The Jewish History of Nathan’s July 4th Hot Dog Eating Contest


Back on July 4, 1916, four immigrants decided to settle the score over who was the most patriotic by holding a hot dog eating contest at Nathan’s Famous stand on NYC’s Coney Island, which was founded by Polish Jewish immigrant Nathan Handwerker. Jewish entertainers Eddie Cantor (born Edward Israel Itzkowitz) and Sophie Tucker (born Sonya Kalish) judged the contest, and put the institution at the center of American history.

Or so the story used to go.

But in 2010, press agent Mortimer “Morty” Matz admitted that back in the 1970s, he and his partner Max Rosey had only claimed they were reviving a decades-old tradition, when in fact they had just dreamed up the contest’s history themselves, as a publicity stunt to put Nathan’s even more prominently on the map. It seemed to work. They made the hot dog stand an obligatory destination for political candidates.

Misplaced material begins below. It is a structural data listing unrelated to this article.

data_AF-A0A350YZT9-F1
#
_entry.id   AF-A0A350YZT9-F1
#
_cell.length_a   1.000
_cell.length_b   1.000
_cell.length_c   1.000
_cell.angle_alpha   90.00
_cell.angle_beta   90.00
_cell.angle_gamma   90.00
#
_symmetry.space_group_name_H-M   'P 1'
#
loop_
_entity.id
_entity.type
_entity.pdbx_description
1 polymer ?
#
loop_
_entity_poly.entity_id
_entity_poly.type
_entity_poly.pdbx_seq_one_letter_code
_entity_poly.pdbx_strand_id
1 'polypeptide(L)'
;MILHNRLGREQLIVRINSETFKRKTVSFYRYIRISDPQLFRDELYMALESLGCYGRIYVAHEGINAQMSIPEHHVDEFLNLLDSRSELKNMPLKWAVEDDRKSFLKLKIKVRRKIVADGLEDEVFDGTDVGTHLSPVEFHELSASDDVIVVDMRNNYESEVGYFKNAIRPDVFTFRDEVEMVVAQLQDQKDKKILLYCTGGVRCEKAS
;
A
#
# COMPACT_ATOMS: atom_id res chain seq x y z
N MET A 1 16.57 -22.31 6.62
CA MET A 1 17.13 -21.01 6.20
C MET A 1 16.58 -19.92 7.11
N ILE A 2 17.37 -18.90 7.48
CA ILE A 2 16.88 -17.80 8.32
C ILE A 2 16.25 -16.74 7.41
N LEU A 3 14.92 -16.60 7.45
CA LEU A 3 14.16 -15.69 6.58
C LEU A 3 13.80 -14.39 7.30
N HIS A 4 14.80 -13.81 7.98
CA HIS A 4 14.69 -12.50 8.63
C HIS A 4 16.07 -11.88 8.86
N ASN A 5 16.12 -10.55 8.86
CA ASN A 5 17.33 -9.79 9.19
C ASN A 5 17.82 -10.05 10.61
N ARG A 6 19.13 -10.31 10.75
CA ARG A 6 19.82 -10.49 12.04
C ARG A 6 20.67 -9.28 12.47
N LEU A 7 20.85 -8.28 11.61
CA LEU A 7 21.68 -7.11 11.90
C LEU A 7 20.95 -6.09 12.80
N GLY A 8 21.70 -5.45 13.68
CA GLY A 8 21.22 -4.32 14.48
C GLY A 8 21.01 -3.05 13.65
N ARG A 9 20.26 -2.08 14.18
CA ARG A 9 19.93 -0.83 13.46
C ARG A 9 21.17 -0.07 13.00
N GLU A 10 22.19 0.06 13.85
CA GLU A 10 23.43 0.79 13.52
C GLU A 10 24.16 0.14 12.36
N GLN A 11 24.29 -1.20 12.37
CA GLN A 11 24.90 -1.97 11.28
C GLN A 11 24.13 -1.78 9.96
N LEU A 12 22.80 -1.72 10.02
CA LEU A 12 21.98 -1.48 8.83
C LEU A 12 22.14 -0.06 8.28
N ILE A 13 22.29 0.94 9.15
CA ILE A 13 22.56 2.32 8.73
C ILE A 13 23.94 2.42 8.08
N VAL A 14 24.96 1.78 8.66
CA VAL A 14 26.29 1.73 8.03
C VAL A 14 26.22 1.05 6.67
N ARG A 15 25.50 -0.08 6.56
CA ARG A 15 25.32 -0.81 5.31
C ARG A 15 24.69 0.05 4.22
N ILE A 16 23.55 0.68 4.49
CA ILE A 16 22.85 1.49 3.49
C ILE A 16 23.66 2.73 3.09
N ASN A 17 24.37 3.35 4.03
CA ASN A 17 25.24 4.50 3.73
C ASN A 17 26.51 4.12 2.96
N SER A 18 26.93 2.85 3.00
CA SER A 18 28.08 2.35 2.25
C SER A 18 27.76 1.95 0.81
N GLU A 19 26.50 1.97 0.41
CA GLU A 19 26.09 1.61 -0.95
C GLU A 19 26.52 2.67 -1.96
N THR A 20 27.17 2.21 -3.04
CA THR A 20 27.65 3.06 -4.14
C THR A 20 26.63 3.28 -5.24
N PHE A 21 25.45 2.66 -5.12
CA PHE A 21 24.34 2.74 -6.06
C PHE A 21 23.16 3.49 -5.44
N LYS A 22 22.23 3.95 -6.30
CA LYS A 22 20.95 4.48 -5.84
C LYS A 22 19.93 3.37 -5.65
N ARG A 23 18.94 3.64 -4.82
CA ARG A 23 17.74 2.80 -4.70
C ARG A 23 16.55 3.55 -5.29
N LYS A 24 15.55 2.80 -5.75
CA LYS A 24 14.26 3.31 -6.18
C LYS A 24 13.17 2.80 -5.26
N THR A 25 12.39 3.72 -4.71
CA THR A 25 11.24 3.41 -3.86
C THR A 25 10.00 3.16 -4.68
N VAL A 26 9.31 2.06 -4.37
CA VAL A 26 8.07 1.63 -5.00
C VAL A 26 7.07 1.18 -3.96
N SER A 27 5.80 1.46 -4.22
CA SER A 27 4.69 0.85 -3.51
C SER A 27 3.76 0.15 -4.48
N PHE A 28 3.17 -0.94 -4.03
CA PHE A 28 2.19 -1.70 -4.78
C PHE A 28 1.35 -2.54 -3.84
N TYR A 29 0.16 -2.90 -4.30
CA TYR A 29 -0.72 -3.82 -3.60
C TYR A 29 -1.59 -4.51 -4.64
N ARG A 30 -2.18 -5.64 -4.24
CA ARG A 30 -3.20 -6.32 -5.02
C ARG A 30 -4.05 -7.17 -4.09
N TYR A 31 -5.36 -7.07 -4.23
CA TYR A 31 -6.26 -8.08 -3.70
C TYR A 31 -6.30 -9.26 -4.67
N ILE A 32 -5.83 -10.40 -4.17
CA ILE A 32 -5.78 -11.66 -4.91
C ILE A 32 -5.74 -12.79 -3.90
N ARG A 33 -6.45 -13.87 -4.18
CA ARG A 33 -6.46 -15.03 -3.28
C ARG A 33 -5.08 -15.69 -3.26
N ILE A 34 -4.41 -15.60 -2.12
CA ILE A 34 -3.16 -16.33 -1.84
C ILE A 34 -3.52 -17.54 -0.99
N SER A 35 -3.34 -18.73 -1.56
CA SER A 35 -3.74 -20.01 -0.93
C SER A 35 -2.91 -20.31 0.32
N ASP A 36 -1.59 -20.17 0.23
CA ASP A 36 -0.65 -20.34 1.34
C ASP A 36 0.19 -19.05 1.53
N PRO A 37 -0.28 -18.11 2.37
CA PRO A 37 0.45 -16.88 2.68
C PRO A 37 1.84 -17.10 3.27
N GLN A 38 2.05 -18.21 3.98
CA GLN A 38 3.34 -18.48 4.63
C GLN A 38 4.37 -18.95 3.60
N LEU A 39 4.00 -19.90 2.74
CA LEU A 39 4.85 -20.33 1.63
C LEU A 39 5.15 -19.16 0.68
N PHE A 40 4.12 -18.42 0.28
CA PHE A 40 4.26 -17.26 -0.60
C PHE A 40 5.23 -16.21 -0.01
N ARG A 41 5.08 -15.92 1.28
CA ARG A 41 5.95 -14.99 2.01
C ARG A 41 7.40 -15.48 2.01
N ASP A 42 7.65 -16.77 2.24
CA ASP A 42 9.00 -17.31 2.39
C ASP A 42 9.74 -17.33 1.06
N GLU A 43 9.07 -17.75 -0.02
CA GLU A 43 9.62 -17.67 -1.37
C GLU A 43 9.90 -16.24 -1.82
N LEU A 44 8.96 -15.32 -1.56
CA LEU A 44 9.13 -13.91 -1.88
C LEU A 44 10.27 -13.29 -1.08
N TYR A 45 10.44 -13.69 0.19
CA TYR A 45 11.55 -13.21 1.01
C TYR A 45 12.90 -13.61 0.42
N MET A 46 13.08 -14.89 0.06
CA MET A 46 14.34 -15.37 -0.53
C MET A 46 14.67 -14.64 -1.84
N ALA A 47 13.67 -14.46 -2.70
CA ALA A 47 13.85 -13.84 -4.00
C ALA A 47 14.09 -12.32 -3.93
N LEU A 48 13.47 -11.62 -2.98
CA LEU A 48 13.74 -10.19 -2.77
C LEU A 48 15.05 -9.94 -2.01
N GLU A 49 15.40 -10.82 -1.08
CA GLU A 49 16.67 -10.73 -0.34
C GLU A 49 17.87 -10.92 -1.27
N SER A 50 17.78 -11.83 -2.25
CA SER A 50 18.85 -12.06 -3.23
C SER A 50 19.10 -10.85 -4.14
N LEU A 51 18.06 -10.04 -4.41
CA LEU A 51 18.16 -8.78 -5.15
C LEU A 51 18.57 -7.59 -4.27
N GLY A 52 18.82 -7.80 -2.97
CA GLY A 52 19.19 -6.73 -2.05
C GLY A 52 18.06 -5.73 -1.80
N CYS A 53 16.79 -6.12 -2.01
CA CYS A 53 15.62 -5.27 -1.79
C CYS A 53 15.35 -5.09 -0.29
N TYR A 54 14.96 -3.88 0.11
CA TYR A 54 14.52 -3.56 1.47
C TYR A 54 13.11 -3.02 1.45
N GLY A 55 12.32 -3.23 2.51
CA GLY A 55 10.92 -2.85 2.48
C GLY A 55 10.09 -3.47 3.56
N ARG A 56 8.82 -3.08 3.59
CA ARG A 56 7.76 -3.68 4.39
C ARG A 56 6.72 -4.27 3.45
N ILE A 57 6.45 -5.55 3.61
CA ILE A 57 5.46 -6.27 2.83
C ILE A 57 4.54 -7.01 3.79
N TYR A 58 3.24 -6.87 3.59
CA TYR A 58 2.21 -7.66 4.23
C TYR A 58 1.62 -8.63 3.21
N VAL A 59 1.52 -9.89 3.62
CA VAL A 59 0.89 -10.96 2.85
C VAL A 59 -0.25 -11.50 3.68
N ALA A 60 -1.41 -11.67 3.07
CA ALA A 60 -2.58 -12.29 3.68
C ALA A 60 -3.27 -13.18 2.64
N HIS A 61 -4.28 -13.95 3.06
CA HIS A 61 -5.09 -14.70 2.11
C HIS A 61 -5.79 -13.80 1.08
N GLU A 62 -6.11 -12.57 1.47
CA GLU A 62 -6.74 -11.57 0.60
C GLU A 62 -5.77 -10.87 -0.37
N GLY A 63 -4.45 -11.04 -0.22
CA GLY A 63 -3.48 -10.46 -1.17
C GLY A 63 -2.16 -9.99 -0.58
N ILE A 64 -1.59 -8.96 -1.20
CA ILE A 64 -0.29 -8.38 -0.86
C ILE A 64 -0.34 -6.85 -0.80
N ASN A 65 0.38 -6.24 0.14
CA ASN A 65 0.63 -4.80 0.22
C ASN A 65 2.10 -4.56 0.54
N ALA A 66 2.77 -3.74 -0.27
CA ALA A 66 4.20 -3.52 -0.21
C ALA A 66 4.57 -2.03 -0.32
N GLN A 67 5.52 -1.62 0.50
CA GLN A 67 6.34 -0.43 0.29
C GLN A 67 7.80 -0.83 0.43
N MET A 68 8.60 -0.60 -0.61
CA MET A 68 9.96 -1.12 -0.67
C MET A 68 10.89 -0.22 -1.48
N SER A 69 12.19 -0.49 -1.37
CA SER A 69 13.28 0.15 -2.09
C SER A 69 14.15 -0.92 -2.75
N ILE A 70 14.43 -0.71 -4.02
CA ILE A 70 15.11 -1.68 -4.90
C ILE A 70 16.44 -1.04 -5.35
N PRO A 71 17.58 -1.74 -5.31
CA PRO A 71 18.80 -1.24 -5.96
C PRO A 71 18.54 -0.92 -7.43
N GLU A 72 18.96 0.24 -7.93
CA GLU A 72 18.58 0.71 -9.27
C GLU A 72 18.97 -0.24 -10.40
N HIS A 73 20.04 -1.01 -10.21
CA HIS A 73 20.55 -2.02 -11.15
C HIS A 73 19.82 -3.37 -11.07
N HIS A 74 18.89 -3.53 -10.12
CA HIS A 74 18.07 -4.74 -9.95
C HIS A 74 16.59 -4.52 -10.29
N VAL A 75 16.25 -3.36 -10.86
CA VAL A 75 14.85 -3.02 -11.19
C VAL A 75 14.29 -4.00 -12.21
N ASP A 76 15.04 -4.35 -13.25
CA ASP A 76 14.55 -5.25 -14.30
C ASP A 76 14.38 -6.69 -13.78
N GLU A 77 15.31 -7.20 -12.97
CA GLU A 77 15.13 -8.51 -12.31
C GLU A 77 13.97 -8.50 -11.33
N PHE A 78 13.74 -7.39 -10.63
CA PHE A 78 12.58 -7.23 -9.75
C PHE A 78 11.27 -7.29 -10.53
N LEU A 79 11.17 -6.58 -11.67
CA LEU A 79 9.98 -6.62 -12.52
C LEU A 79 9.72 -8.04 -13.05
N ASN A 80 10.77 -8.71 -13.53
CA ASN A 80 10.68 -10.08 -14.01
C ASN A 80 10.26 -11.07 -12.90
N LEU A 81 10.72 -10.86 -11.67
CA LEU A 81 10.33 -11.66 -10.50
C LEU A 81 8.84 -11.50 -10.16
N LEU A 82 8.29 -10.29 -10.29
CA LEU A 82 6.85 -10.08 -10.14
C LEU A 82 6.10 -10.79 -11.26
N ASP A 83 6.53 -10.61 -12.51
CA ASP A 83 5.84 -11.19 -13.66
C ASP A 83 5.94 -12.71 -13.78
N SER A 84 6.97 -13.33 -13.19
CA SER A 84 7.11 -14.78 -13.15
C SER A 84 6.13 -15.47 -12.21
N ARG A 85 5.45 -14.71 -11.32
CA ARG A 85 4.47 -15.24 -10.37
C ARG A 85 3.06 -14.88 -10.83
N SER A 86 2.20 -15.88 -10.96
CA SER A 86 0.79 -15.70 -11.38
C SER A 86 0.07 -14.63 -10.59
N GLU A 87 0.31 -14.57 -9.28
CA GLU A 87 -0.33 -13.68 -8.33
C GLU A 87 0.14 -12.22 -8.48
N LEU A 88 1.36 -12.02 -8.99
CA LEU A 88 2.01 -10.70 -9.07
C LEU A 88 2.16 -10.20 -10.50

Thanks to Matz and Rosey, the annual Fourth of July hot dog eating contest is going strong—even if it’s about six decades younger than they said. Tune in to ESPN at noon on July 4 to watch this year’s contestants. Or better yet for you locals, flock to Coney Island, and revel in the collective horror.

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